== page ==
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Hoffmann, R. A wiki for the life sciences where authorship matters. Nature Genetics (2008)

Molecular cloning of plant spermidine synthases.

Four cDNAs for spermidine synthase ( SPDS), which converts the diamine putrescine to the higher polyamine spermidine using decarboxylated S-adenosylmethionine as the co-factor, were isolated from Nicotiana sylvestris, Hyoscyamus niger, and Arabidopsis thaliana. When the N.sylvestris SPDS cDNA was expressed in a SPDS-deficient E. coli mutant, the recombinant protein showed high SPDS activity, but did not have any spermine synthase activity. The plant SPDSs have molecular masses of about 34 kDa, possess the co-factor binding motifs which have been proposed for S-adenosylmethionine, and are more homologous in amino acid sequence to tobacco putrescine N-methyltransferase (PMT) than to SPDSs from mammals and E. coli. The SPDS gene is expressed in root, stem, and leaf in N.sylvestris, whereas the PMT gene is expressed only in root. The potential evolution of plant SPDS and PMT, and their evolutionary relationships with animal SPDS are discussed.[1]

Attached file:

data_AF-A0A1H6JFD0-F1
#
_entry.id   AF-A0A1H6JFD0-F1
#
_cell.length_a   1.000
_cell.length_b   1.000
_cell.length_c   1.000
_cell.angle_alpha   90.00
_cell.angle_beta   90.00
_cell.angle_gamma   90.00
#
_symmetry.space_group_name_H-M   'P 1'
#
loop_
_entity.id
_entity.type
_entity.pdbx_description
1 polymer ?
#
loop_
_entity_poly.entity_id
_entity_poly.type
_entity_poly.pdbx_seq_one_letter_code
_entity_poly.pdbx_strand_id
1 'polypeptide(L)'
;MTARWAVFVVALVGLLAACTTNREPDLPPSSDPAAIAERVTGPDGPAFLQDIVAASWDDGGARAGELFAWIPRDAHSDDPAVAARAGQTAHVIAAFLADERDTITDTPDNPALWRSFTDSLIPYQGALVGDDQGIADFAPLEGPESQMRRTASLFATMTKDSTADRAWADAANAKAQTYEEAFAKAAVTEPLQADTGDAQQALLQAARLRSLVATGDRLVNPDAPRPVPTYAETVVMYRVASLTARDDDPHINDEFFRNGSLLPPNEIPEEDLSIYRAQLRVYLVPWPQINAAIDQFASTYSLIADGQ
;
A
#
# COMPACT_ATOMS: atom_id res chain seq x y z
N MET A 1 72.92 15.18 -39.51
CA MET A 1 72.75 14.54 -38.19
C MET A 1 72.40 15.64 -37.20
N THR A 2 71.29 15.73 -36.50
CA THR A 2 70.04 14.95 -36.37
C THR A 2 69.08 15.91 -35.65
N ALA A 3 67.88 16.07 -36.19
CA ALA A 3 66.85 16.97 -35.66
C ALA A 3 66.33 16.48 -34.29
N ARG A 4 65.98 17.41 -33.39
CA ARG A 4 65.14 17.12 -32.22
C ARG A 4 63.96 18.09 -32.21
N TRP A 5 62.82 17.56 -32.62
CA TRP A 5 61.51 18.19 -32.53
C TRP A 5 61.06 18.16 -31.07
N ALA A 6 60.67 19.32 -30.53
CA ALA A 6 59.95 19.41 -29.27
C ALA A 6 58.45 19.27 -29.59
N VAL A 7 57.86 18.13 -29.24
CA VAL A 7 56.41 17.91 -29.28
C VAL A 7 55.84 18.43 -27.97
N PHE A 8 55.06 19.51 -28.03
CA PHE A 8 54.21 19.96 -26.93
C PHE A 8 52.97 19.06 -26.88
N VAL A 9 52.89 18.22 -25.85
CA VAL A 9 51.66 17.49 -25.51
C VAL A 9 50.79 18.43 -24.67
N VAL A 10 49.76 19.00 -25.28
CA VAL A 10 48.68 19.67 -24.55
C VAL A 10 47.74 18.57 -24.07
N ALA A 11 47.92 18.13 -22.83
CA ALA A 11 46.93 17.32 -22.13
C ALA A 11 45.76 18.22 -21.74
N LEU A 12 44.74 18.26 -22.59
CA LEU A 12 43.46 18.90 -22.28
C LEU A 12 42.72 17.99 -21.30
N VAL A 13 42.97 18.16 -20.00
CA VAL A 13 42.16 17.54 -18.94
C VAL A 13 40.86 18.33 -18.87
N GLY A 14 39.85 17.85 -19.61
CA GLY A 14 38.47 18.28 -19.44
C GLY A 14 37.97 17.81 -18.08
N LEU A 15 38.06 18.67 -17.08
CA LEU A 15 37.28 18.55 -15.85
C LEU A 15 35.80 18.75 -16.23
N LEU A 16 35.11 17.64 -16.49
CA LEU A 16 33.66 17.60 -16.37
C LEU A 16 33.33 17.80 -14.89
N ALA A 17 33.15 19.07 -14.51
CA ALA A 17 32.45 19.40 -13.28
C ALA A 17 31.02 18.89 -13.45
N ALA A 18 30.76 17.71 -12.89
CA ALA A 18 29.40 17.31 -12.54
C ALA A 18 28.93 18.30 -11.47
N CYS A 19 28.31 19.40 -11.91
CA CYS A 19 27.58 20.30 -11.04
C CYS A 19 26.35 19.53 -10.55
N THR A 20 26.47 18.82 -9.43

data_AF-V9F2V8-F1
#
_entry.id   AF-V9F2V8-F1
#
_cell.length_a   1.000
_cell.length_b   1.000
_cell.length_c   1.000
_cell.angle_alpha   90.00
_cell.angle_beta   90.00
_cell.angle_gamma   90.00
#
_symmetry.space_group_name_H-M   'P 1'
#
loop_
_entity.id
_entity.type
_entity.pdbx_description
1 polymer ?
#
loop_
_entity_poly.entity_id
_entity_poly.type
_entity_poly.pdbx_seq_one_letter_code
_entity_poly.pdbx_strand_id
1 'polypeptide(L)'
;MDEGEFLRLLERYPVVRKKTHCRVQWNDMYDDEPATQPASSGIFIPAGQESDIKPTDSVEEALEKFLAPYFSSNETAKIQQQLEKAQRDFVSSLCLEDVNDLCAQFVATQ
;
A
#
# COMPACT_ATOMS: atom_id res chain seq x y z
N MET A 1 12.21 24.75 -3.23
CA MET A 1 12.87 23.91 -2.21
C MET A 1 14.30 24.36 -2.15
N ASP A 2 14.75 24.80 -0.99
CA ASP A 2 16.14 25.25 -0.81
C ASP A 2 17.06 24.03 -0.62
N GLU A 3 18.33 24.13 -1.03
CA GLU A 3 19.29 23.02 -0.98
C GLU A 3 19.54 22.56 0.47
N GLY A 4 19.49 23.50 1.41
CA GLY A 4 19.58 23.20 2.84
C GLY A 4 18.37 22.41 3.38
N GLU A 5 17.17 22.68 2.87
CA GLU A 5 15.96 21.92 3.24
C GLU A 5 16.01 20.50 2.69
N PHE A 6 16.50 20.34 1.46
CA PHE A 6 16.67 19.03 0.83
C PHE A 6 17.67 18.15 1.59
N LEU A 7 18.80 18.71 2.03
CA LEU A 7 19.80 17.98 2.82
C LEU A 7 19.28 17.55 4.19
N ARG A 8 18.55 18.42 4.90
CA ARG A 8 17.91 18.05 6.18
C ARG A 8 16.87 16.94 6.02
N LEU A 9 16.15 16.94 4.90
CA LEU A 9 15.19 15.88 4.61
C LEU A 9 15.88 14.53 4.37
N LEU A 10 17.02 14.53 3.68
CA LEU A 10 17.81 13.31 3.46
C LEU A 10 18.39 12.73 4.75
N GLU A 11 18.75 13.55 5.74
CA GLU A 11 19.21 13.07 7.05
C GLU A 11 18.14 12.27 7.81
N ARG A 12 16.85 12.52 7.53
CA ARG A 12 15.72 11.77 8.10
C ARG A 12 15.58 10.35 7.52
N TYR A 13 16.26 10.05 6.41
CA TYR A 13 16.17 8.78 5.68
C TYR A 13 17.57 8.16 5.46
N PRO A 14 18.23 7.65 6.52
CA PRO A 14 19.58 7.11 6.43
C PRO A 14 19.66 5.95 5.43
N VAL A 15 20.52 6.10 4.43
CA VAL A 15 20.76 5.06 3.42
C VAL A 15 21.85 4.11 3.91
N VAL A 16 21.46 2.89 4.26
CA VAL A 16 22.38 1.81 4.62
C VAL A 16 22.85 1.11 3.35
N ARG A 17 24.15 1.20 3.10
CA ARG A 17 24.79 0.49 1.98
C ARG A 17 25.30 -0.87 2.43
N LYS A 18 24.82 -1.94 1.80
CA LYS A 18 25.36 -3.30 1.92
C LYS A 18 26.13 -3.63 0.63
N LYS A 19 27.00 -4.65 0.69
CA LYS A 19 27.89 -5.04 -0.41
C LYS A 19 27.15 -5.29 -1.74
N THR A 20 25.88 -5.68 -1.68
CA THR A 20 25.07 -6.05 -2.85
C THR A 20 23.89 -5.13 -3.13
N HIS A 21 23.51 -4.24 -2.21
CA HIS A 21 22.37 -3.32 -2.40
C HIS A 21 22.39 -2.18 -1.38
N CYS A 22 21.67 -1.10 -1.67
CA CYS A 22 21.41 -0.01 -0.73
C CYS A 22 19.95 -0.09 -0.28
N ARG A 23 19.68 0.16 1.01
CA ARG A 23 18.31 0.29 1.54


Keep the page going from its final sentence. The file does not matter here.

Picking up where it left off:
1. Molecular cloning of plant spermidine synthases. Hashimoto, T., Tamaki, K., Suzuki, K., Yamada, Y. Plant Cell Physiol. (1998) [Pubmed]
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